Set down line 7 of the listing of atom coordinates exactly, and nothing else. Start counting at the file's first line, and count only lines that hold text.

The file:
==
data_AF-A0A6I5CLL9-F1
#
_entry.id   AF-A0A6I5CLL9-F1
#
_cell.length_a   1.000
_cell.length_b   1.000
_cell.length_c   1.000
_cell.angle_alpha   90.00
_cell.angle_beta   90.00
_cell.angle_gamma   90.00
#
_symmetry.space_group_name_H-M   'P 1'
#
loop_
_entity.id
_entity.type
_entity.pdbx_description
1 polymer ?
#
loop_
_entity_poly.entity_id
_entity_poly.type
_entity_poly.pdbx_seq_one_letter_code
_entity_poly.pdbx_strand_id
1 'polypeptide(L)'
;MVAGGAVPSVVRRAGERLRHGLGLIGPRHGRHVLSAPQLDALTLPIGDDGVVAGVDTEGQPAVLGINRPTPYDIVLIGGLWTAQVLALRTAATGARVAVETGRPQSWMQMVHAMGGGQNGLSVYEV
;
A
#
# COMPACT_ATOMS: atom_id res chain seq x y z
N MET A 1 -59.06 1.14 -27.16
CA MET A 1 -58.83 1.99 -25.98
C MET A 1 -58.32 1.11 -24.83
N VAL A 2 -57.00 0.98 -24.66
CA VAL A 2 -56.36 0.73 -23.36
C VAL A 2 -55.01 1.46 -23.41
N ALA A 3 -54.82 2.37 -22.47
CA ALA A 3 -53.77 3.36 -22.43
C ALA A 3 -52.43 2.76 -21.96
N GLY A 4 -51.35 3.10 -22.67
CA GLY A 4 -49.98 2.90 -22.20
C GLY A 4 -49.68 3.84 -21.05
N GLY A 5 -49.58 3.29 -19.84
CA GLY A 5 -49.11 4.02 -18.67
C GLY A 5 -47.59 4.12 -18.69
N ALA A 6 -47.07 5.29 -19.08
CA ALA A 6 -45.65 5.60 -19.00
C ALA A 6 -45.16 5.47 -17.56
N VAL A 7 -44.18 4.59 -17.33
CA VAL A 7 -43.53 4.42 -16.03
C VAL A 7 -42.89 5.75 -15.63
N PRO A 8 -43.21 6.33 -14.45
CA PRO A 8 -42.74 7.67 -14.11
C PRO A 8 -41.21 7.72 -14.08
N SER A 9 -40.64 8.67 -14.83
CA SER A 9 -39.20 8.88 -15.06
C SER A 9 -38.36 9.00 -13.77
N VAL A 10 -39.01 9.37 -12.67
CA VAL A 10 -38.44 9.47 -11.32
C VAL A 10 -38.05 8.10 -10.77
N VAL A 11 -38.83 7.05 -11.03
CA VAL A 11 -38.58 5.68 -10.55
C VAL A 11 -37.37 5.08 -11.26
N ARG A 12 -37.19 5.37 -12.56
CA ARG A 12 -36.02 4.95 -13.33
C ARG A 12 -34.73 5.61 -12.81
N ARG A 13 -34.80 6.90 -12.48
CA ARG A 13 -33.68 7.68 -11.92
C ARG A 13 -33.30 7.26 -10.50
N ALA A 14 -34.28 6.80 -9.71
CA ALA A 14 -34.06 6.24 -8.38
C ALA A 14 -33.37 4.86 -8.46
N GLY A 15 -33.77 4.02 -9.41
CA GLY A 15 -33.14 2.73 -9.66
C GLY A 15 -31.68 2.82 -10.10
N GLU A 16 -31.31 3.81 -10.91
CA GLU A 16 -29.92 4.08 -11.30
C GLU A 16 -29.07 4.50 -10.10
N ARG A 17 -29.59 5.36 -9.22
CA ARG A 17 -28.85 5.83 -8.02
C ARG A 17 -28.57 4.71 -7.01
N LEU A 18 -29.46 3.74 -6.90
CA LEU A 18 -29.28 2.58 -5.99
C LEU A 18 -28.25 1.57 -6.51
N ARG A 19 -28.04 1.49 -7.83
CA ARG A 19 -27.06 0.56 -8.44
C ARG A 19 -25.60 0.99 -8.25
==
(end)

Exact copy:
_cell.length_c   1.000